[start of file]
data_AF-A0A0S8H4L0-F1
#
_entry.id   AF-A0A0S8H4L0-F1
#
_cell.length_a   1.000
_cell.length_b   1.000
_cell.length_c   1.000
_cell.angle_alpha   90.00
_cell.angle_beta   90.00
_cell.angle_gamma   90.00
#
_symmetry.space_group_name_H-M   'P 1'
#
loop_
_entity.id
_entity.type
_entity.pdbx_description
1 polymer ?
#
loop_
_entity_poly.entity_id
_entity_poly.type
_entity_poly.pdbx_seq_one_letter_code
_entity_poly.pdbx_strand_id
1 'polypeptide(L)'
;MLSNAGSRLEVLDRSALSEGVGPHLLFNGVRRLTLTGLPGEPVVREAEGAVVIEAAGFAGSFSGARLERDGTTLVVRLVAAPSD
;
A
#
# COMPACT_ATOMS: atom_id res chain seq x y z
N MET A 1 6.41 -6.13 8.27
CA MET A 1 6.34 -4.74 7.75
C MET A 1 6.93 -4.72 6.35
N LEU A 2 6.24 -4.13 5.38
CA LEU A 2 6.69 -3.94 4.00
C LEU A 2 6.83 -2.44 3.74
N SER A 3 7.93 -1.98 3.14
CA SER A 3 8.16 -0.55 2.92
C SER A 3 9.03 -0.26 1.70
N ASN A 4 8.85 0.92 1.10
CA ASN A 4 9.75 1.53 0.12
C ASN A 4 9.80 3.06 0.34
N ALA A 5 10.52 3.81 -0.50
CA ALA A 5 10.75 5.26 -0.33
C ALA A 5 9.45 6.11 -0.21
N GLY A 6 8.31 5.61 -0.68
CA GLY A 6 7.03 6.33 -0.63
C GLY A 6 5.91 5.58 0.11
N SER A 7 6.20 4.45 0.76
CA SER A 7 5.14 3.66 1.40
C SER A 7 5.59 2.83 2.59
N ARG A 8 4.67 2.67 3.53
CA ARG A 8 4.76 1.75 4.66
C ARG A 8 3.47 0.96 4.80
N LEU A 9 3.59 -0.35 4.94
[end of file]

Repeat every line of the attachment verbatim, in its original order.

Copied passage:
data_AF-A0A0S8H4L0-F1
#
_entry.id   AF-A0A0S8H4L0-F1
#
_cell.length_a   1.000
_cell.length_b   1.000
_cell.length_c   1.000
_cell.angle_alpha   90.00
_cell.angle_beta   90.00
_cell.angle_gamma   90.00
#
_symmetry.space_group_name_H-M   'P 1'
#
loop_
_entity.id
_entity.type
_entity.pdbx_description
1 polymer ?
#
loop_
_entity_poly.entity_id
_entity_poly.type
_entity_poly.pdbx_seq_one_letter_code
_entity_poly.pdbx_strand_id
1 'polypeptide(L)'
;MLSNAGSRLEVLDRSALSEGVGPHLLFNGVRRLTLTGLPGEPVVREAEGAVVIEAAGFAGSFSGARLERDGTTLVVRLVAAPSD
;
A
#
# COMPACT_ATOMS: atom_id res chain seq x y z
N MET A 1 6.41 -6.13 8.27
CA MET A 1 6.34 -4.74 7.75
C MET A 1 6.93 -4.72 6.35
N LEU A 2 6.24 -4.13 5.38
CA LEU A 2 6.69 -3.94 4.00
C LEU A 2 6.83 -2.44 3.74
N SER A 3 7.93 -1.98 3.14
CA SER A 3 8.16 -0.55 2.92
C SER A 3 9.03 -0.26 1.70
N ASN A 4 8.85 0.92 1.10
CA ASN A 4 9.75 1.53 0.12
C ASN A 4 9.80 3.06 0.34
N ALA A 5 10.52 3.81 -0.50
CA ALA A 5 10.75 5.26 -0.33
C ALA A 5 9.45 6.11 -0.21
N GLY A 6 8.31 5.61 -0.68
CA GLY A 6 7.03 6.33 -0.63
C GLY A 6 5.91 5.58 0.11
N SER A 7 6.20 4.45 0.76
CA SER A 7 5.14 3.66 1.40
C SER A 7 5.59 2.83 2.59
N ARG A 8 4.67 2.67 3.53
CA ARG A 8 4.76 1.75 4.66
C ARG A 8 3.47 0.96 4.80
N LEU A 9 3.59 -0.35 4.94